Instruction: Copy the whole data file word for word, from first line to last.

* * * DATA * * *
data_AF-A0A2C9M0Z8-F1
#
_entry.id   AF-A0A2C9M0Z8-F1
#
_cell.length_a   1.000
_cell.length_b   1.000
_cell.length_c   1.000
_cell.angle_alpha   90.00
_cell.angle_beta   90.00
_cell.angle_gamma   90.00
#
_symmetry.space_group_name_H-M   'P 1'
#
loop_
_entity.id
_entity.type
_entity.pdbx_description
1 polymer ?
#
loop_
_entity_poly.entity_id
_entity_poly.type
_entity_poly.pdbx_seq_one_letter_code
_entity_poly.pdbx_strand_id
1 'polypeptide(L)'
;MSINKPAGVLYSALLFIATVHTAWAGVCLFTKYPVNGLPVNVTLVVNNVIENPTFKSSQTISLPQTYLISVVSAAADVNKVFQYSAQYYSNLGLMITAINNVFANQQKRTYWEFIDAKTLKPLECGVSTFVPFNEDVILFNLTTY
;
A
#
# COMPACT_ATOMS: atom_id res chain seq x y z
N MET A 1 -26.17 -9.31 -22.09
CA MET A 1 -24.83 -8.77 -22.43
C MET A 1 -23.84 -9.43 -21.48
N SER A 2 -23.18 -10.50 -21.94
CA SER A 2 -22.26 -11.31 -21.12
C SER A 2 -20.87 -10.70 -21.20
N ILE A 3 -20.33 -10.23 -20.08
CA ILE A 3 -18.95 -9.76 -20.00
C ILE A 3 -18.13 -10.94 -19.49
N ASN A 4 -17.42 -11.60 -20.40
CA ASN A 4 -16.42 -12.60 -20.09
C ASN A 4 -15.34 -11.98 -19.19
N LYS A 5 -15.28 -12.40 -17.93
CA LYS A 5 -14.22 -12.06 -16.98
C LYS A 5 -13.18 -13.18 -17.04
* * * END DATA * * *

data_AF-A0A2C9M0Z8-F1
#
_entry.id   AF-A0A2C9M0Z8-F1
#
_cell.length_a   1.000
_cell.length_b   1.000
_cell.length_c   1.000
_cell.angle_alpha   90.00
_cell.angle_beta   90.00
_cell.angle_gamma   90.00
#
_symmetry.space_group_name_H-M   'P 1'
#
loop_
_entity.id
_entity.type
_entity.pdbx_description
1 polymer ?
#
loop_
_entity_poly.entity_id
_entity_poly.type
_entity_poly.pdbx_seq_one_letter_code
_entity_poly.pdbx_strand_id
1 'polypeptide(L)'
;MSINKPAGVLYSALLFIATVHTAWAGVCLFTKYPVNGLPVNVTLVVNNVIENPTFKSSQTISLPQTYLISVVSAAADVNKVFQYSAQYYSNLGLMITAINNVFANQQKRTYWEFIDAKTLKPLECGVSTFVPFNEDVILFNLTTY
;
A
#
# COMPACT_ATOMS: atom_id res chain seq x y z
N MET A 1 -26.17 -9.31 -22.09
CA MET A 1 -24.83 -8.77 -22.43
C MET A 1 -23.84 -9.43 -21.48
N SER A 2 -23.18 -10.50 -21.94
CA SER A 2 -22.26 -11.31 -21.12
C SER A 2 -20.87 -10.70 -21.20
N ILE A 3 -20.33 -10.23 -20.08
CA ILE A 3 -18.95 -9.76 -20.00
C ILE A 3 -18.13 -10.94 -19.49
N ASN A 4 -17.42 -11.60 -20.40
CA ASN A 4 -16.42 -12.60 -20.09
C ASN A 4 -15.34 -11.98 -19.19
N LYS A 5 -15.28 -12.40 -17.93
CA LYS A 5 -14.22 -12.06 -16.98
C LYS A 5 -13.18 -13.18 -17.04